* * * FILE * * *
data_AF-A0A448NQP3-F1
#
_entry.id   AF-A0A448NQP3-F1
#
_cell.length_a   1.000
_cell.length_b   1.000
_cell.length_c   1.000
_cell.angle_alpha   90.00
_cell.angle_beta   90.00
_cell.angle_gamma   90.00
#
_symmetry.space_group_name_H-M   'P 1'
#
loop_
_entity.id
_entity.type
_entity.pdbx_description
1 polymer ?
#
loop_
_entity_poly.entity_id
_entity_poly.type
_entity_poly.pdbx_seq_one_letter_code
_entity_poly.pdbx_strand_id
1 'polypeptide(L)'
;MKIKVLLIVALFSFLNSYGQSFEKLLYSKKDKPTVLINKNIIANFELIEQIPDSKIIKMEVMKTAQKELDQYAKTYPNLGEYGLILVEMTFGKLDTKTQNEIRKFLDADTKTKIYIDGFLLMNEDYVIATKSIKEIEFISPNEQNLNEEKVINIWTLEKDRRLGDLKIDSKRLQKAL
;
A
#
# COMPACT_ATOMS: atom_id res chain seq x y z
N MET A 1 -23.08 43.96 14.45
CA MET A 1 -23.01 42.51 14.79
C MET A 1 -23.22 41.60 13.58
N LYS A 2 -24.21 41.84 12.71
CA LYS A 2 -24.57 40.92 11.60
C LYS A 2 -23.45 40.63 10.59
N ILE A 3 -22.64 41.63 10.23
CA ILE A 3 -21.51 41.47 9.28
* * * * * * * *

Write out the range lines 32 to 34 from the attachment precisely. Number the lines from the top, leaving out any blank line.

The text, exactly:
CA MET A 1 -23.01 42.51 14.79
C MET A 1 -23.22 41.60 13.58
N LYS A 2 -24.21 41.84 12.71